The essence of programmatic advertising is to get the correct value of impressions and display to the right audience. Header Bidding and Google Open Bidding are here to provide both. But the question is which is the best, header bidding or Google open bidding?
There were the days when publishers and advertisers depend completely on Google for ad monetization. However, Google’s dominance was interrupted when header bidding steps into the market. Because of header bidding, the publishers were able to sell their ad impressions to the highest bidder and the advertisers were able to buy premium inventory and target audience in a more optimal way. This means a win-win situation.
In response to the header bidding, Google introduced Open Bidding. Both bidding ways look similar and provide the same results (i.e. provide publishers to sell their inventory to the highest bidder in real-time). But both are different though. In this blog, we will discuss header bidding and Google open bidding and which one is the best for publishers.
Google Open Bidding
Google open bidding also known as exchange bidding is a unified auction which allows other exchanges to compete with AdX within Google Ad Manager. The auction takes place on the server-side in open bidding. Google handle all the billing, reporting and payments. According to Google, they introduce open bidding to reduce the complexity of bidding procedure for publishers and advertisers.
Advantages of Header Bidding over Open Bidding
Transparency: Publishers have full control over the bidding process in header bidding. But open bidding runs completely within Google Ad Manager. Open bidding is basically a black box to publishers.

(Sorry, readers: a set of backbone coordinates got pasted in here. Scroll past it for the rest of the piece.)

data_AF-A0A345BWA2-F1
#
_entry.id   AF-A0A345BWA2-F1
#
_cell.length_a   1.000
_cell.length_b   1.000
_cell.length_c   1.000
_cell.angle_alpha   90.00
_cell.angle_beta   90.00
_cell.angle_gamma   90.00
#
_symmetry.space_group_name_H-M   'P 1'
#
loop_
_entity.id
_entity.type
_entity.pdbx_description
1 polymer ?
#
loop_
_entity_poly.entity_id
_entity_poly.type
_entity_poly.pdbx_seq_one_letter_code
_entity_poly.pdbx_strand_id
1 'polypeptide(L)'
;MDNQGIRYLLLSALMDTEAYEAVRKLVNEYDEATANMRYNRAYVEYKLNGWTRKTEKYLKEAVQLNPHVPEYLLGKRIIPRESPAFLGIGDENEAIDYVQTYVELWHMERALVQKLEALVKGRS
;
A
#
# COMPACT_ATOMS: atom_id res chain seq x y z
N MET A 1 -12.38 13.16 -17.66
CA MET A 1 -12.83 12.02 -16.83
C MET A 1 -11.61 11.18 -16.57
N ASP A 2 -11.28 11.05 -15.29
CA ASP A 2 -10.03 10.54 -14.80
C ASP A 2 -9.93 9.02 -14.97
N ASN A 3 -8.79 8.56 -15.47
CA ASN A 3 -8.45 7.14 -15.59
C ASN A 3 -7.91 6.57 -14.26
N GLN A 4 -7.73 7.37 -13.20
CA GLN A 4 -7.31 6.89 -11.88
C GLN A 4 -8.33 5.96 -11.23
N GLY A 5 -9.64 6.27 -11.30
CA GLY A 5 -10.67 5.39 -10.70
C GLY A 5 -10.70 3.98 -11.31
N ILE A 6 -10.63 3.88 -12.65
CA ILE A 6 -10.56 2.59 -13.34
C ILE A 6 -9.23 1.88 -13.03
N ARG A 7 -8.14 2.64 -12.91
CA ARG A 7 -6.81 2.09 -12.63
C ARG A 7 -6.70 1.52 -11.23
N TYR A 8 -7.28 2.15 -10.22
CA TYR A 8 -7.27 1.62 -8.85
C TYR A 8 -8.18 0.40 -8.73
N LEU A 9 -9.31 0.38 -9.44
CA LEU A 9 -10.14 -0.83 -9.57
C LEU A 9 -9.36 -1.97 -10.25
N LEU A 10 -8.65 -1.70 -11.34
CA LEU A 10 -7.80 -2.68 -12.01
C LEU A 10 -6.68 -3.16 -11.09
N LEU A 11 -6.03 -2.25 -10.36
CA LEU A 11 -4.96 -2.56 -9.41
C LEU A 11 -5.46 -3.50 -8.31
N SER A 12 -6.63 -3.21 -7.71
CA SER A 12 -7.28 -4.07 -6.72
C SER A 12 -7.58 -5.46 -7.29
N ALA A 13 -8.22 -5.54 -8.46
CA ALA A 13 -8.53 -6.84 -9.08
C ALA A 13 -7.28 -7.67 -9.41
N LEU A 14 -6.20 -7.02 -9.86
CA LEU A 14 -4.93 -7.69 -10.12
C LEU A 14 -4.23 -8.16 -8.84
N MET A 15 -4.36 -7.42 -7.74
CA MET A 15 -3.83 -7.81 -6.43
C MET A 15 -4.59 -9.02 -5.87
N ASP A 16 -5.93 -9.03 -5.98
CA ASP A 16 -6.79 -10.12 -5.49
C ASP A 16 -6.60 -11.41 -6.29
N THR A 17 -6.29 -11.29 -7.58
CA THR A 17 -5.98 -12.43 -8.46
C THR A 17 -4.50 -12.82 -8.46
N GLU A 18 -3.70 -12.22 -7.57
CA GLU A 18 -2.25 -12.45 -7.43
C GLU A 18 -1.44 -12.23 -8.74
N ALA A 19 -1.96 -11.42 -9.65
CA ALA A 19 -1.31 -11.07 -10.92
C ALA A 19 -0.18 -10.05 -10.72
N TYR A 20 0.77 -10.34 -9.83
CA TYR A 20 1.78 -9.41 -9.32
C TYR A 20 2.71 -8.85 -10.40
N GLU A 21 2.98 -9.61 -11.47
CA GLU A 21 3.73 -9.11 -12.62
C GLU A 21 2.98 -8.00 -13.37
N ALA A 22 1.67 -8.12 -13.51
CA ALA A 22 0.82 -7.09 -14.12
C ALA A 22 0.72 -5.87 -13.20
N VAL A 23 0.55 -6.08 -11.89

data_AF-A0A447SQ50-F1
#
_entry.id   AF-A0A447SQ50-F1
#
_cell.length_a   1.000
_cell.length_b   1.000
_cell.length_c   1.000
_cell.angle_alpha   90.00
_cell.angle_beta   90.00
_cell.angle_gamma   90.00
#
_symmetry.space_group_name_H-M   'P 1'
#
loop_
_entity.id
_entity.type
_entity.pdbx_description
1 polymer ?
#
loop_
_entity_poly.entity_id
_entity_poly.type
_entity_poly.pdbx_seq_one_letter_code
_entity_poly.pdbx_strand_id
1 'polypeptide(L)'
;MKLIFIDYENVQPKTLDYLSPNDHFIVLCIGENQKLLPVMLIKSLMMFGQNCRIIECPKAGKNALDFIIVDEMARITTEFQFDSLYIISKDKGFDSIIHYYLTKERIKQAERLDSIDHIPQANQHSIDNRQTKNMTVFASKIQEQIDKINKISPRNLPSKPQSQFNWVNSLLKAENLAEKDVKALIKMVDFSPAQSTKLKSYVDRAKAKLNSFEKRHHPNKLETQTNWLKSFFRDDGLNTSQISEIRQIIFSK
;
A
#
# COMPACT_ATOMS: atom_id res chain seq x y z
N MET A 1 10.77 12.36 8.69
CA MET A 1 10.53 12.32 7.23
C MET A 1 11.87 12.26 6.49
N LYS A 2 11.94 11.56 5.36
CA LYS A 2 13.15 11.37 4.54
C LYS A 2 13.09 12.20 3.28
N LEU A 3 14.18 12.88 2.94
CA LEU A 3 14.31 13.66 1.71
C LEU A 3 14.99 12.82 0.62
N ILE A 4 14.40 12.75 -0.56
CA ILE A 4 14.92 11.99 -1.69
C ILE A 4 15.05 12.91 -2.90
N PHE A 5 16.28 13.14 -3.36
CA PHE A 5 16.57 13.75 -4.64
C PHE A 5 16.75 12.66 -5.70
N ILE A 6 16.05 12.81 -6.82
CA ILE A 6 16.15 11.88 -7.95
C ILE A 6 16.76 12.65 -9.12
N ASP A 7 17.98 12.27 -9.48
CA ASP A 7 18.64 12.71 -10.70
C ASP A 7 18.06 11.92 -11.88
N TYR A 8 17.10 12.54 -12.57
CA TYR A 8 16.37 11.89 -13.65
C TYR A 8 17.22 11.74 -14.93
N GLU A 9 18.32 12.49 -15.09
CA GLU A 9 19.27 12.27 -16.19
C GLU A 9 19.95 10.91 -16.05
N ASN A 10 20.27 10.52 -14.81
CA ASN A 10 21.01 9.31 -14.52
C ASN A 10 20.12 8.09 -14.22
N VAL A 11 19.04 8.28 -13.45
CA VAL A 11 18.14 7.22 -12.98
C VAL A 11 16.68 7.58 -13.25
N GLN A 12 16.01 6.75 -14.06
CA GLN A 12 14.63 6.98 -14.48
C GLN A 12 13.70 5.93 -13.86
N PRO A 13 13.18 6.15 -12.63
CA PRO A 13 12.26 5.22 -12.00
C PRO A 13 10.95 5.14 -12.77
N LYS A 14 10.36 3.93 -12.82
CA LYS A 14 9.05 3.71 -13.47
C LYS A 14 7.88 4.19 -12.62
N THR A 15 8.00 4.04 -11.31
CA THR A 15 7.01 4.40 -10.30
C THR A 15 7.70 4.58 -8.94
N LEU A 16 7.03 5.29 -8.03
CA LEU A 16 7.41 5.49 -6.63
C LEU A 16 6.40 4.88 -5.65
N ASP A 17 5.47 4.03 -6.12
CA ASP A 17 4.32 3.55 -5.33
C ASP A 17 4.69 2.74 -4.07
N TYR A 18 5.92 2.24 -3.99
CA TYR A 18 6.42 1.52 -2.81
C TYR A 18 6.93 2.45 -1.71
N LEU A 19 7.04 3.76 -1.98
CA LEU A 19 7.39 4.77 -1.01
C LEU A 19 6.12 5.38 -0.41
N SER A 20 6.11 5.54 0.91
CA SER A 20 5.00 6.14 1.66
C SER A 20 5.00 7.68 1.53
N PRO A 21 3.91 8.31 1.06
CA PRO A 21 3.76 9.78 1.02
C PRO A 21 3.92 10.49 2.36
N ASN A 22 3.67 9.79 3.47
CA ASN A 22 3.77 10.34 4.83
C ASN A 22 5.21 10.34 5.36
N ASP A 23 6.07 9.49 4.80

Cookie matching: Client-side header-bidding allows access to advertisers to match cookies directly. Whereas in open bidding user data is exchanged but most of the data is filtered in this process which makes open bidding less effective.
Advantages of Open Bidding over Header Bidding
Reduced page latency: The major drawback of header bidding is page latency. Header bidding causes pages to load slow. The reason behind that is the header bidding takes place in the user’s browser. Whereas, open bidding is a server-to-server process and happens inside Google’s infrastructure. This means faster page loading and ad serving.
Complex setup: Publishers just need to sign up with DFP to get started instead of a complex process in open bidding. Whereas, header bidding requires technical knowledge to get started and to manage it. Header bidding wrappers make this process easier but it can’t be compared with open bidding.
Google manages payments: All payments are managed by Google in open bidding. Whereas header bidding is managed by publishers and sometimes actual bid does not match the payment, which results in revenue loss.
Can Publishers Run Both Header Bidding and Open Bidding?
Yes, publishers can run both of them and do experiments for better results. Publishers should monitor and compare both of them. Results could vary for different publishers and can’t be predicted. But through experimenting publisher will know about the best bidding solution for them.